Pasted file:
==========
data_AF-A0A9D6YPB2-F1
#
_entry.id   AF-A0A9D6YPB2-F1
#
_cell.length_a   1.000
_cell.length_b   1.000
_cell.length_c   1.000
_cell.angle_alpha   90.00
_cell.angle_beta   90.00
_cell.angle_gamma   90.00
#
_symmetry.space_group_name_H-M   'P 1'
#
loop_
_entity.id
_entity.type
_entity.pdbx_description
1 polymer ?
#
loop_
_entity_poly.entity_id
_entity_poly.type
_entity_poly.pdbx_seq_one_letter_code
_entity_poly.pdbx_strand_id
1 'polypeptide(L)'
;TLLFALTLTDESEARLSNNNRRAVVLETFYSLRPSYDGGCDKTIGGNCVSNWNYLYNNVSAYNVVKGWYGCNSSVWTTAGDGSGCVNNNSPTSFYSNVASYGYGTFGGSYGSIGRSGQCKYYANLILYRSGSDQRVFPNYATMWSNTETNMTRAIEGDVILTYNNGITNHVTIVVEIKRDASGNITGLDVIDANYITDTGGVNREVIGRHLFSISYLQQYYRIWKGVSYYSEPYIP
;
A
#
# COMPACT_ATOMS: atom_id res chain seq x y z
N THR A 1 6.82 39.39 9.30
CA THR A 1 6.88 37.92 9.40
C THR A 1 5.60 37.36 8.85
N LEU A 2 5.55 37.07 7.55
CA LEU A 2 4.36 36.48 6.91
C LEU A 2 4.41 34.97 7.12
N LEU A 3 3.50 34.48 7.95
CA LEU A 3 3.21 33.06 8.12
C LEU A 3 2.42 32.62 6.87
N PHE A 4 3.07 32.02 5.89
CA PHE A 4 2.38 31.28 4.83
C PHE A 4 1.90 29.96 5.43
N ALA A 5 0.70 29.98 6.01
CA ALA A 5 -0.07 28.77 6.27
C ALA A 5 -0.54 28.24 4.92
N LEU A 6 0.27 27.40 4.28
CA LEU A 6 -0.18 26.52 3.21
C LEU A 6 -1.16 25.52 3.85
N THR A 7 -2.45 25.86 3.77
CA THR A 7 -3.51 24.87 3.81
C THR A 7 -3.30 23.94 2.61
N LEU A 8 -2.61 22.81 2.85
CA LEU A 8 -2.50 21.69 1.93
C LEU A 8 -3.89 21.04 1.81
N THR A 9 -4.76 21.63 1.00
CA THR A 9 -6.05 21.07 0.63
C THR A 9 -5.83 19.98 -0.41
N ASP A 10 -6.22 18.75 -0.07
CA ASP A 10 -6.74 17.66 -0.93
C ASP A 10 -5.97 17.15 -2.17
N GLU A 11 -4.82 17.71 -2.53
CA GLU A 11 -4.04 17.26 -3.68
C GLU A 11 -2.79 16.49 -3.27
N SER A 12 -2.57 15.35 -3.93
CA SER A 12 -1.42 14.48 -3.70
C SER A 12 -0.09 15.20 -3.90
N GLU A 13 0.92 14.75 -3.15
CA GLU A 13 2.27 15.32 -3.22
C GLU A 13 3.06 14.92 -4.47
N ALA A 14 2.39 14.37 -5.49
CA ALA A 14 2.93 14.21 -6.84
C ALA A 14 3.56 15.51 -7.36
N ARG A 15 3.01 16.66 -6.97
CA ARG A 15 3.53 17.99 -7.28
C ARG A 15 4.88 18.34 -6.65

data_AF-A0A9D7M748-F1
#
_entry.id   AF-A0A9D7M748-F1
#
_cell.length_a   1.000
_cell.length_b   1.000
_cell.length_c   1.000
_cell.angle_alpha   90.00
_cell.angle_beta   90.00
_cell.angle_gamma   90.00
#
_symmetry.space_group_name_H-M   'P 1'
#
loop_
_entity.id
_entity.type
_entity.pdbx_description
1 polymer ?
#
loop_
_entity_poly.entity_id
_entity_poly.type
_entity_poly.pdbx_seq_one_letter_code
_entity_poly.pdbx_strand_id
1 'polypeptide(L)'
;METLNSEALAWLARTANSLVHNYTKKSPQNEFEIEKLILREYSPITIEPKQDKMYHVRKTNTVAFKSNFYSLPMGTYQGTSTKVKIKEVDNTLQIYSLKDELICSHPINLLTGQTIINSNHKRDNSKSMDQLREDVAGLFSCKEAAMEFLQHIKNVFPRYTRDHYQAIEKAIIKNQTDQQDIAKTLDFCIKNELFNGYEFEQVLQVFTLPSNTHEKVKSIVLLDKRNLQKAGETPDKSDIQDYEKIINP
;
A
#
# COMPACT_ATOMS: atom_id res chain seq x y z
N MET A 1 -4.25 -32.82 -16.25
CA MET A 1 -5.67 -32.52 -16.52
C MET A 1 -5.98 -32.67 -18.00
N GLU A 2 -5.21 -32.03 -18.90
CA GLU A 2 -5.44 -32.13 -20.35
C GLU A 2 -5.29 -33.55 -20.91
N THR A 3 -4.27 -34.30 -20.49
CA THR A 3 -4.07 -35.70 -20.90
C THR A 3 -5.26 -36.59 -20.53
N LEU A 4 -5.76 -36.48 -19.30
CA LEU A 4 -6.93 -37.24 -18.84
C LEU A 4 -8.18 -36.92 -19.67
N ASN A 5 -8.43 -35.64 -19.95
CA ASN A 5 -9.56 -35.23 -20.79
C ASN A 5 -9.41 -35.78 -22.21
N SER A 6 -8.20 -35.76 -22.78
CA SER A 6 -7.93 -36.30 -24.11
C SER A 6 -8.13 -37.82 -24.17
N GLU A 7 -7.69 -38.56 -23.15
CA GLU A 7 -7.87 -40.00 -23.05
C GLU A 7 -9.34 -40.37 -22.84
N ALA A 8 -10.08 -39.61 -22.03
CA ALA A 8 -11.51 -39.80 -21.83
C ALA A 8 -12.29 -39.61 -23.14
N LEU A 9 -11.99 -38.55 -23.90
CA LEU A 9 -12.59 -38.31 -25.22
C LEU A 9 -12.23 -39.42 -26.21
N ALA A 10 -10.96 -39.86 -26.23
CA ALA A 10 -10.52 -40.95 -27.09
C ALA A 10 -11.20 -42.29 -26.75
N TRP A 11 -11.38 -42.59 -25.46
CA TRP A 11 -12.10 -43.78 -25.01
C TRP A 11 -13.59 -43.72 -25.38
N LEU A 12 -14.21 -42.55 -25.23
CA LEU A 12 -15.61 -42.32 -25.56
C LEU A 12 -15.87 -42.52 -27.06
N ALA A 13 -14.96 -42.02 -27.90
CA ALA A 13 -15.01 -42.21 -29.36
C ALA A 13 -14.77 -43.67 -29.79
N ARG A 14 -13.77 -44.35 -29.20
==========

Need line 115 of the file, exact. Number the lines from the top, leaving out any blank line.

N LEU A 4 -5.76 -36.48 -19.30